This series blows me away. I listened to the first book in 2018 on a road trip and loved it but wanted to give myself some time to savor it. Also, the narrator changed between books one and two, and that was surprisingly disappointing. I ended up not listening to this one, book two, until 2019. (And yes, I got used to the new narrator.) Book one was pretty sprawling with back-and-forth timelines that could get confusing. Book two narrows the focus on Breq, who was once the ship the Justice of Toren, who had thousands of ancillary bodies but now has just the one. Here, she goes to Athoek Station, where she takes it upon herself to protect the family of Lieutenant Awn, whose fate was revealed in book one. There's also lots of tea, and the preoccupation with it made me chuckle. One of my favorite things about this series is that Breq's language doesn't recognize gender, so she's constantly referring to everyone as "she." Leckie leaves it up to you to decide what gender everyone is, basically. Even though I found book three on the bargain table at Barnes & Noble and have easy access to the audiobook through my library, I've been putting off reading it. I think it's because I don't want the series to end. 

Monday, January 13, 2020

Favorite TV of 2019


Runaways/Cloak and Dagger
I know what you're thinking. I'm cheating on the very first one! Yes, you're right. I try to keep these lists to five items, but these two shows are interconnected enough that hey, I do not feel bad about this decision! Runaways was one of my favorite shows last year, and I was eagerly anticipating this season, although I'm sad that it's the last. The show was really finding its groove, and there's so much potential for a few more seasons. But what I liked about this season was that the kids know who they are now. They know their powers, they know their strengths and weaknesses, and they know they have to stick together. And found family is one of my favorite tropes!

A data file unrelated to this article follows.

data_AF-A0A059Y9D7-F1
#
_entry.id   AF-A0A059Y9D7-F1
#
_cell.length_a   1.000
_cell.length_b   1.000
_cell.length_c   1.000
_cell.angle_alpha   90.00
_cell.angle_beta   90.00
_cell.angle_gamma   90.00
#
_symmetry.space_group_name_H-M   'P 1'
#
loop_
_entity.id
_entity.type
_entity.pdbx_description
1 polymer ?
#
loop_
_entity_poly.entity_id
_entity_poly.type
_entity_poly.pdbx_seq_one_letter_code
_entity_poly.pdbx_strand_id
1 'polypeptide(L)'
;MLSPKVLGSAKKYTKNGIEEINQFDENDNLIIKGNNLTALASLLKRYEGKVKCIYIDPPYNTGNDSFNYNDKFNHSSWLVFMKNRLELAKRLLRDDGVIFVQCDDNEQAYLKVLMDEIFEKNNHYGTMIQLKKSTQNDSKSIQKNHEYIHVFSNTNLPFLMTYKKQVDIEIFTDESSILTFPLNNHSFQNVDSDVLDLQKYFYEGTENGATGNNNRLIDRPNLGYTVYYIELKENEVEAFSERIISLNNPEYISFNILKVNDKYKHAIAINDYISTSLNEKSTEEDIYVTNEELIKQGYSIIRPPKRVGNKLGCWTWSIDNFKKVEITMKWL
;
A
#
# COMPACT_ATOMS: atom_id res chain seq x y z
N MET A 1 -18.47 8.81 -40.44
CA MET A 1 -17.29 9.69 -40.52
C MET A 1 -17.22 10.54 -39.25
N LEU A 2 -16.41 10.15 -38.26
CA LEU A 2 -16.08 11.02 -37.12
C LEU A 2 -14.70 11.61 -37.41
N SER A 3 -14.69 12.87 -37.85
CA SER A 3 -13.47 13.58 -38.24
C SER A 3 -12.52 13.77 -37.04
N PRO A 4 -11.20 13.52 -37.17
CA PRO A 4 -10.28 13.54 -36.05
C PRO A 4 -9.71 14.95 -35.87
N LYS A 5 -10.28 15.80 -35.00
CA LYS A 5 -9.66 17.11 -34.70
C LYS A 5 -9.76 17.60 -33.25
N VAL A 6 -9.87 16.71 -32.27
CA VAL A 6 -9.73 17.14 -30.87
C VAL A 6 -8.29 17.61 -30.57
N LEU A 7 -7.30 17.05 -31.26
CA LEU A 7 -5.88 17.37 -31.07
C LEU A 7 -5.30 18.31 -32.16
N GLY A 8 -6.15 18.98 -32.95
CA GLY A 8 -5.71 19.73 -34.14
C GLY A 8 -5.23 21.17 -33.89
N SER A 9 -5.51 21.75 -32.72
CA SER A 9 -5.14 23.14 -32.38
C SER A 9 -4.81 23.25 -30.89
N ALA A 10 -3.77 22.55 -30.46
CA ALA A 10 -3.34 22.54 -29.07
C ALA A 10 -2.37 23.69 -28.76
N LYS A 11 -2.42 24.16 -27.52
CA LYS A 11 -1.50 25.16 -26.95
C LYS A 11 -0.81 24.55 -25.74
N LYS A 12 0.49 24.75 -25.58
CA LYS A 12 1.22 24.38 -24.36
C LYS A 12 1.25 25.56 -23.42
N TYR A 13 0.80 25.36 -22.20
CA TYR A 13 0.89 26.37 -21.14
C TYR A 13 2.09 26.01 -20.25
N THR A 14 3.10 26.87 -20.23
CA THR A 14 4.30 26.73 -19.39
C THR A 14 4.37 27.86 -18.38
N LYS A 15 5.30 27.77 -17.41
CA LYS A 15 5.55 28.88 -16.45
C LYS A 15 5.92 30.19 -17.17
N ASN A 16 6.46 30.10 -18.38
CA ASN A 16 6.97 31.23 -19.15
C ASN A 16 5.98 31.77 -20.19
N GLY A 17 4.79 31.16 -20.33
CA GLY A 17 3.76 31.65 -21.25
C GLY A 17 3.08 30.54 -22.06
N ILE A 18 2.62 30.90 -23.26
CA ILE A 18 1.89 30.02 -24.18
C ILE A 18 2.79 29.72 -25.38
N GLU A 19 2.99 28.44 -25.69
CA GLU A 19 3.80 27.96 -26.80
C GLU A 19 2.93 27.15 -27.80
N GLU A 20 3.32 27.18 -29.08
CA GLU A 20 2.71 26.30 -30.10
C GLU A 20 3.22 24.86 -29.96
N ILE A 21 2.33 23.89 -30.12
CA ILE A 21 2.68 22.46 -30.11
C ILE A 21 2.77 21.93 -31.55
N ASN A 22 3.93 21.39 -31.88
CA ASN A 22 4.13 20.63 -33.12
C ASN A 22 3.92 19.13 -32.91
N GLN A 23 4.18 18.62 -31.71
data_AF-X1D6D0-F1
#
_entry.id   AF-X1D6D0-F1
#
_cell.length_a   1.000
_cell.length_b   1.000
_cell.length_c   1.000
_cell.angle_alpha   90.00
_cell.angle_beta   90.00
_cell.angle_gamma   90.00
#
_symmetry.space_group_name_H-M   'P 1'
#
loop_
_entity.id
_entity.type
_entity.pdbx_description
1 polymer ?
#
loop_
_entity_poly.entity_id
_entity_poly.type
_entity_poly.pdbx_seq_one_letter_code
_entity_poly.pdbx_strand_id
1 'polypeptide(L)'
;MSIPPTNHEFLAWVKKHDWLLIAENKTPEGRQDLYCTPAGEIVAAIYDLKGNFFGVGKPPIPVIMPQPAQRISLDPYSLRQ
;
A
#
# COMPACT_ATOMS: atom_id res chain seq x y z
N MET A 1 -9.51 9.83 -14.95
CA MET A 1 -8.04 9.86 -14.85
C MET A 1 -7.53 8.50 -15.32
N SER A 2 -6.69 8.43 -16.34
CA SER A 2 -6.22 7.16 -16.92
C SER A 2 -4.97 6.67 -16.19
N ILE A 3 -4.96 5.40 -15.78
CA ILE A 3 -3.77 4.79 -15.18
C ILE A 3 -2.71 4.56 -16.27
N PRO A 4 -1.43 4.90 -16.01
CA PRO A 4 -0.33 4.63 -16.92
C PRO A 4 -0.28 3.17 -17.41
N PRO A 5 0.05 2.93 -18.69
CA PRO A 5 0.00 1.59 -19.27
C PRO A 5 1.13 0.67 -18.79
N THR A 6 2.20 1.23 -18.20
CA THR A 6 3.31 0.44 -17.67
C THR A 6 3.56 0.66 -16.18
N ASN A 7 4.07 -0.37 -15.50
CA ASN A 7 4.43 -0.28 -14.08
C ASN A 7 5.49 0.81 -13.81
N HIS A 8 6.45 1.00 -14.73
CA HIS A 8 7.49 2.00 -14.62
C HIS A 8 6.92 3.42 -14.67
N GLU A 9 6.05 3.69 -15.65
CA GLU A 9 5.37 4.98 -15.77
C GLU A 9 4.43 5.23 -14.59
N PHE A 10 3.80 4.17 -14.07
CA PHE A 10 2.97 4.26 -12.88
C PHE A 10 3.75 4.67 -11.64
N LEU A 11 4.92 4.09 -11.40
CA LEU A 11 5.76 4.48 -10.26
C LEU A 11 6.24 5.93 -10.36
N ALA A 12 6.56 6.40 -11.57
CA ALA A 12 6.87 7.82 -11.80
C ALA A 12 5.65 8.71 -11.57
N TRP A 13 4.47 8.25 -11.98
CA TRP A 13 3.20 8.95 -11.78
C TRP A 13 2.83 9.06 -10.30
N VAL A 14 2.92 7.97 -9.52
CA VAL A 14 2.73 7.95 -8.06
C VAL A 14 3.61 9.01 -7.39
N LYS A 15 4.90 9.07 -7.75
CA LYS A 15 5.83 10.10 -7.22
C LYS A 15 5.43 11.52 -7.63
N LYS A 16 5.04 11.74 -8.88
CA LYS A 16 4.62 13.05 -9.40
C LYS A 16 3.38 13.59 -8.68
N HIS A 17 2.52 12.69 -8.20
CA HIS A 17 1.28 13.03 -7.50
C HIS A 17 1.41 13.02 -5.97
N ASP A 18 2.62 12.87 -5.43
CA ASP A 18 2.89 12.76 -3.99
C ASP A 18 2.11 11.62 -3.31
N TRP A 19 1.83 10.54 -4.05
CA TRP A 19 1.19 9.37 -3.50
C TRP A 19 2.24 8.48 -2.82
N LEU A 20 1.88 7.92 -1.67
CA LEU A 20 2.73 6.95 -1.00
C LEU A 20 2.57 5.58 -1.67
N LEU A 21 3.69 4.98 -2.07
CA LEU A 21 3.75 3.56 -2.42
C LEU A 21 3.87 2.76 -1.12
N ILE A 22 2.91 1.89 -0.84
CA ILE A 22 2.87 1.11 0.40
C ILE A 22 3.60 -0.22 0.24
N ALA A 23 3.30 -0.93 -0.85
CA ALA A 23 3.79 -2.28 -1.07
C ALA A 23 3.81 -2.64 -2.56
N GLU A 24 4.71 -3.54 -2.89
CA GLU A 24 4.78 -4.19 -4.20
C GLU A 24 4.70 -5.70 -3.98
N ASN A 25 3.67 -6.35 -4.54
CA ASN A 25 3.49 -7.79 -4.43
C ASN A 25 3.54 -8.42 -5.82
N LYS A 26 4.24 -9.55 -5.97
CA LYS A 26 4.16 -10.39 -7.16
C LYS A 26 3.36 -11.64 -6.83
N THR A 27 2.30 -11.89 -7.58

Like in Runaways, in Cloak and Dagger, my favorite aspect is the relationship between the main characters, Tandy and Tyrone. I thought that really grew in season 2, and I absolutely loved the cross-over episode between these shows. Tandy and Tyrone brought a different vibe to the Runaways group, and for such a heavy episode, it was also pretty funny. I'm sad both of these got canceled because they both deserved bigger audiences.

Batwoman
I didn't expect to like this as much as I do, but one of the reasons for that is the support cast. Camrus Johnson as Luke, Meagan Tandy as Sophie, and Nicole Kang as Mary are all great in different ways. The story focuses on a Gotham that hasn't seen Batman (or Bruce Wayne, but no one connects the two because comics!) for three years. Kate Kane rolls back into town and back into her complicated family when her ex-girlfriend is kidnapped by a villain named Alice. In her efforts to save Sophie, she accidentally gives Gotham hope that Batman has returned. Only he hasn't, so who is going to step up to walk in his shoes? Kate can only do it with Luke's help, and I'm looking forward to seeing whether she lets other people in on the secret during the second part of the season. For a show that's just getting started, I think this has a lot of potential.

Schitt's Creek
Okay, I had to split up the superhero shows a bit. This was an unexpected find for me. I have a few friends who were raving about it, so I finally decided to check it out. I'm really glad I did even if it took me until about season 2 to really get a feel for the show and the characters. It follows the Rose family, who lose everything and are forced to move to a town they bought as a joke years ago--Schitt's Creek. They end up living in the motel, where they befriend the proprietor, Stevie, who is probably my favorite character. The Roses have a hard time adjusting to their new lifestyle, but eventually they learn to appreciate the town and its interesting characters. The townspeople learn to appreciate the Roses' eccentricities, too, like Moira's wig collection, every item of which she has named. There are five seasons of 13 episodes available on Netflix (and a sixth currently airing on Pop TV), and the episodes are short enough that I can fit one in when I just need a little break to laugh.